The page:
http://www.thefiringline.com/forums/showthread.php?t=106153&highlight=Lock+Load

Jim K
August 7, 2004, 09:36 PM
Wow! Some interesting (and wrong) answers.

"Lock and load" comes from the rifle range, not really from combat.

To begin with, "lock" has nothing to do with the locking the bolt, or with flintlock muskets. It means to engage the safety, that is to put it in the "ON" position. "Load" means to load a round into the chamber.

In the days of the Model 1903 Springfield, the command was "Load and lock", since the M1903 could not be made safe with the bolt open (the mid-position of the safety was used only for disassembly). The clip was inserted in the clip slot, the rounds stripped into the magazine, and the bolt closed. Then the shooter engaged the safety.

The M1 rifle could be loaded with the safety on, so when it was adopted, the command was reversed. "Lock" meant to engage the safety, and "load" meant (usually) to insert an 8-round clip and load the first round into the chamber.

Note that it is not necessary that "load" mean a full clip or a full magazine. The initial part of the command tells what to load. For example, it can be "With one round, lock and load", or with an M14, "With a 20 round magazine, lock and load." The command would also specify special ammunition if applicable, such as "With eight rounds of tracer ammunition, lock and load."

Jim

jeff-10
August 8, 2004, 04:25 AM
FWIW I was always under the impression it meant lock a magazine into the mag well and load a round into the chamber.

daniel (australia)
August 8, 2004, 09:37 AM
How confusing!

FWIW the Aus. Army has a clear series of instructions for each stage of weapon readiness, generally applicable to all small arms:

"Load": Safety on where applicable (not all weapons can be placed on safe without being cocked), magazine or belt fitted,

"Action": Chamber a round/cock the action, safety on, sights up/set where applicable.

"Instant": Safety off, weapon in firing position ready to fire.

I'd have thought the US forces would have something similar.

1911Tuner
August 8, 2004, 10:00 AM
Gunny was wrong???:what: :D

We were never given the order to Lock'n'Load on the firing line.
That specific order was issued as we headed for Harm's Way,
or the Line of Departure.

During basic rifle training and during AIT, rifles were issued
with bolts locked open and safeties engaged. If Gunny caught you with a bolt in battery OR the safety off before he directed you to put the rifle in battery, he would personally see to it that you'd wish you'd never been born.

"You will now lock your magazine into the magazine well, insuring that it is fully seated with the palm of your hand. With your finger off the trigger, you will now load your weapon by by depressing the bolt release button that is located on the left side of the receiver. The range is now hot. You will rotate the safety selector clockwise one quarter of a turn. Should anyone have a malfunction or any kind of problem with your rifle, you will keep the weapon pointed downrange, move the safety lever counter-clockwise one-quarter turn and raise your hand. Ready on the left! Ready on the right! Commence firing!"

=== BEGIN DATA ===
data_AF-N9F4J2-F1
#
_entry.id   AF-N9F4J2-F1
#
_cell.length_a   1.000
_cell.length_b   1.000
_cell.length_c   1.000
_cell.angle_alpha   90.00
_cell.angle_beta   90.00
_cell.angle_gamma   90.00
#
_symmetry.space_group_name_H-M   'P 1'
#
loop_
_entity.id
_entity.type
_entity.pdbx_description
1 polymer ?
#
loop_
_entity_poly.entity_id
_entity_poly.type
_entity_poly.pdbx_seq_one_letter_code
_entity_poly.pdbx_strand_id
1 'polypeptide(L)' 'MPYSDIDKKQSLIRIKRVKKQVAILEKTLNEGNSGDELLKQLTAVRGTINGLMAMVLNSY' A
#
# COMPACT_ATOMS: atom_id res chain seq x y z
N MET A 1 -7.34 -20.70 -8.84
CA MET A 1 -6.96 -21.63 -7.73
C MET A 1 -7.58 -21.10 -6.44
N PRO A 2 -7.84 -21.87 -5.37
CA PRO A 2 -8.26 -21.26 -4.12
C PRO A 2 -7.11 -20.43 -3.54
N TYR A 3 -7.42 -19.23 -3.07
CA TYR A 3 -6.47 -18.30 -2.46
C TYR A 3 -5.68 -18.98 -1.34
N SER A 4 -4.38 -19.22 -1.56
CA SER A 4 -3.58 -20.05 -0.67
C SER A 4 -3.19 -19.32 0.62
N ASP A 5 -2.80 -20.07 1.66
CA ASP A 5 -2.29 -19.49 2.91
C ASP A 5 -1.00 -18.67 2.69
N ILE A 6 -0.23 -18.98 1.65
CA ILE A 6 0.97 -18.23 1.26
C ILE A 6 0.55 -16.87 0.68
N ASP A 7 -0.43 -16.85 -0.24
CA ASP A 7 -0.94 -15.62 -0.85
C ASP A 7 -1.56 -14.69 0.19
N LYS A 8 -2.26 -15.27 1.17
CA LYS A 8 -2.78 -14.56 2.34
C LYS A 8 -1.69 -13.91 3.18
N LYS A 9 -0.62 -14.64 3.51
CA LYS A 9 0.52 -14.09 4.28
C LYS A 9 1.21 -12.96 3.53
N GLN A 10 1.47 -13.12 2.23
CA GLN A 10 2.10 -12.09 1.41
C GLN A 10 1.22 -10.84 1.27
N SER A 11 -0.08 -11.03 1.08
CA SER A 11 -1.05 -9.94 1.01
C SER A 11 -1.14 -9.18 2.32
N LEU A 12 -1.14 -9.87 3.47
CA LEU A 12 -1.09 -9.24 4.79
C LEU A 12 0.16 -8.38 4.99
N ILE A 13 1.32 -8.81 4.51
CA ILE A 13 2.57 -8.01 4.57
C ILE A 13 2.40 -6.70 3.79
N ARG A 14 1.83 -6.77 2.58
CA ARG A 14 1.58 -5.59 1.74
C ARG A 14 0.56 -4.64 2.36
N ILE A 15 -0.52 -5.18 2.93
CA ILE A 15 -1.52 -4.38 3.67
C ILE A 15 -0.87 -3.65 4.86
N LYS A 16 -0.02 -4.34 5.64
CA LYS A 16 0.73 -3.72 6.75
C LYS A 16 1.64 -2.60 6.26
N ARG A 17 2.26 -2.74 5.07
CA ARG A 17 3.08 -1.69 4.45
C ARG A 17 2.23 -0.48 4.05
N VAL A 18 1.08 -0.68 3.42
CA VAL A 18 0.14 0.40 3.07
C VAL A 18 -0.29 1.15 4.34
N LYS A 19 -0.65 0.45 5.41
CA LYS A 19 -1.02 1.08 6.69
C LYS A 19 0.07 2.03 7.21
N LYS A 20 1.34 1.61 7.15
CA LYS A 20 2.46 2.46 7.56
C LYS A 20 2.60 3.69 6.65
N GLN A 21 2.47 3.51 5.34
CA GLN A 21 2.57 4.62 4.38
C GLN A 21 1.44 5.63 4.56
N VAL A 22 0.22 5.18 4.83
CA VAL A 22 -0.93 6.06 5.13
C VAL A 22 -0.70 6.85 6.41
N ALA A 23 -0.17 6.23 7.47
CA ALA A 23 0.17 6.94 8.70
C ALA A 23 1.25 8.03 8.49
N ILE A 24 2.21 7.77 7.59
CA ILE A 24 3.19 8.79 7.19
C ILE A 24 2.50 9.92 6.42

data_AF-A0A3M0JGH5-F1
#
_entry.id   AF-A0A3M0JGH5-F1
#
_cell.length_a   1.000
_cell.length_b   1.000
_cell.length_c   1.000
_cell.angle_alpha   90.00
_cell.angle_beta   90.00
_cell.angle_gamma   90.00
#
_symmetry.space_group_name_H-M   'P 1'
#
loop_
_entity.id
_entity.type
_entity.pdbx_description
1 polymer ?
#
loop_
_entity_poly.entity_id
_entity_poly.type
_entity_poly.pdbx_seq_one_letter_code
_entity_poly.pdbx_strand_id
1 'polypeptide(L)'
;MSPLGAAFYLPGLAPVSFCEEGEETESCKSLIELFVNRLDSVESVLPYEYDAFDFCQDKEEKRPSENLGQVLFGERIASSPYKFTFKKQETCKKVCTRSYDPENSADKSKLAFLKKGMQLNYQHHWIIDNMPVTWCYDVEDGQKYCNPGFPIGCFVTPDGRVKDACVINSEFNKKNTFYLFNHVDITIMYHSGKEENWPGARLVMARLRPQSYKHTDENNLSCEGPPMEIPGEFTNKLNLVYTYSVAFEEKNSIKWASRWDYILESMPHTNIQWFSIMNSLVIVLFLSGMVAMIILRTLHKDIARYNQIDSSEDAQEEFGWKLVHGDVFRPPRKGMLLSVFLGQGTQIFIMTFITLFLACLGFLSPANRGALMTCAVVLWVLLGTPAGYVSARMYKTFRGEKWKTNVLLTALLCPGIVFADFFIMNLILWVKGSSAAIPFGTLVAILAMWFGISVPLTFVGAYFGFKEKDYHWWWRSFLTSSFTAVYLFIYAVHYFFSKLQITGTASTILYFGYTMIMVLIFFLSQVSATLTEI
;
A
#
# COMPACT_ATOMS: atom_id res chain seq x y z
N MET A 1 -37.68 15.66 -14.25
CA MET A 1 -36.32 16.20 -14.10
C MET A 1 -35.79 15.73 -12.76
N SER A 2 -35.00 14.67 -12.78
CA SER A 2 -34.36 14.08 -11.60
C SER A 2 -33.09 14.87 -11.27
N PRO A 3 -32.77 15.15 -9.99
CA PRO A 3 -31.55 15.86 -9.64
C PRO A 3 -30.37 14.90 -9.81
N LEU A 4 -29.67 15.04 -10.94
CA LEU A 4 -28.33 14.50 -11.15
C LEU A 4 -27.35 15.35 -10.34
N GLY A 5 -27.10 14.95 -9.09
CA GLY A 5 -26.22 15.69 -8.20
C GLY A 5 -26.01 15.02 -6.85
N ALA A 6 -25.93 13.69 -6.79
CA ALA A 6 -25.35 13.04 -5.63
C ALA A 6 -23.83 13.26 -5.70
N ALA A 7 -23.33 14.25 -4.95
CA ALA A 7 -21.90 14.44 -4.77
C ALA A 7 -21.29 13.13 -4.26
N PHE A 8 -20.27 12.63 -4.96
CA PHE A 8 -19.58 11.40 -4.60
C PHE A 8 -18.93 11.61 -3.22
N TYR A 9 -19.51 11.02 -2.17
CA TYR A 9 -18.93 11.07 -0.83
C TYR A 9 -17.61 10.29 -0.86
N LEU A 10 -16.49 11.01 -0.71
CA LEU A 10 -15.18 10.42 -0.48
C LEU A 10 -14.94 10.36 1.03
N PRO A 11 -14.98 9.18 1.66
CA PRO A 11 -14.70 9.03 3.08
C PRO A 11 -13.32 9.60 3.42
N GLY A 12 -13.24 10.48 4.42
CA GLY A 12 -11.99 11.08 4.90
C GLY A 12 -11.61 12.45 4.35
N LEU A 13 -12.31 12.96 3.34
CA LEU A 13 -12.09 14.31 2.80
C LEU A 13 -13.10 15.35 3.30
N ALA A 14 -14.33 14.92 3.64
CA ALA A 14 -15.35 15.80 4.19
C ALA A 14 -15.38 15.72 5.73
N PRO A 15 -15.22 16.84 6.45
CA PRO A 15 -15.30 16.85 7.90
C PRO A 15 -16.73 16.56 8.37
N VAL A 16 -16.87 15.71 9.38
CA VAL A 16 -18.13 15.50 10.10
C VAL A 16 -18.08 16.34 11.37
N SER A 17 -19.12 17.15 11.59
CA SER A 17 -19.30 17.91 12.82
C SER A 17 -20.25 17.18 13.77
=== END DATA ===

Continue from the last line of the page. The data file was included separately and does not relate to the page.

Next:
Atticus
August 8, 2004, 11:56 AM
Repardless of origin ....I would think it applies differently to each gun that comes down the pike e.g., M16 family - lock mag - load chamber. I think you're all correct ...or mostly.

Vern Humphrey
August 8, 2004, 02:48 PM
Quote:
---------------------------------------
We were never given the order to Lock'n'Load on the firing line.
That specific order was issued as we headed for Harm's Way,
or the Line of Departure.
---------------------------------------

Lock and Load is often used in a modified form on the range ("With Ball Cartridge, One Round -- Lock and Load!)

But it is also most definitely used in combat. I put a lot of time impressing my NCOs that THEY decide when rifles are to be loaded.

Abenaki
August 8, 2004, 03:10 PM
All this time I thought that it went back to a time before the French and Indian war. To load they would take a paper cartrige and tear it open with their teeth. They would then prime the pan (on the lock)with powder from this cartrige and then load the barrel with the rest of the cartrige.

Abenaki

Jim K
August 8, 2004, 11:17 PM
Hi, Abenaki,

Where did they put the 8 round clip in the Charleville? Sorry, but the term is not that old. The actual commands of that period were a lot more extensive than "lock and load".

In English, not French, but just for fun and enlightenment (and if I haven't forgotten any):

1. Prepare to load [With the left hand, bring the musket up and across the body. With the right hand, bring the cock to half-cock and push the steel forward to uncover the pan].

2. Handle Cartridge [With the right hand, draw cartridge from the cartridge box].

3. Tear cartridge [With the teeth, tear the cartridge paper, being careful not to spill the powder].

4. Prime [Pour a portion of the cartridge powder into the pan and close the steel].

5. Charge cartridge [Pour the rest of the powder into the muzzle and push bullet into the muzzle with the thumb].

6. Draw rammer [Remove the ramrod from the channel under the barrel].

7. Ram cartridge [With the head of the ramrod (the big end), ram the bullet and powder all the way down into the barrel].

8. Return rammer.

9. Cast about [Bring the musket up and turn your body so as to be ready for the next command].

10. Present your musket [Point the musket at the enemy, and bring the cock to the full cock position].

11. Fire.

Then do it all over again. Or, aren't modern inventions wonderful?

Jim

SOT_II
August 8, 2004, 11:22 PM
Don't forget:

Lock and Load your first 20 round magazine and WATCH you lane,

Lock the safety, load the mag, release the bolt...and watch your lane pretty much the way it runs.

When refering Lock as in the "old version" of lock....that is common for the "lock, stock, and barrel. refering to the three common parts of a "primitive" firearm

Different types of locks and not to be confused with a trigger lock...

joab
August 8, 2004, 11:25 PM
lock and load

"The origin of the phrase "lock and load" is not entirely clear, as there are two similar, yet distinct, explanations for its origin. Regardless of its exact origin, the phrase has come to relate to any activity in which preparations have to be made for an immediate action.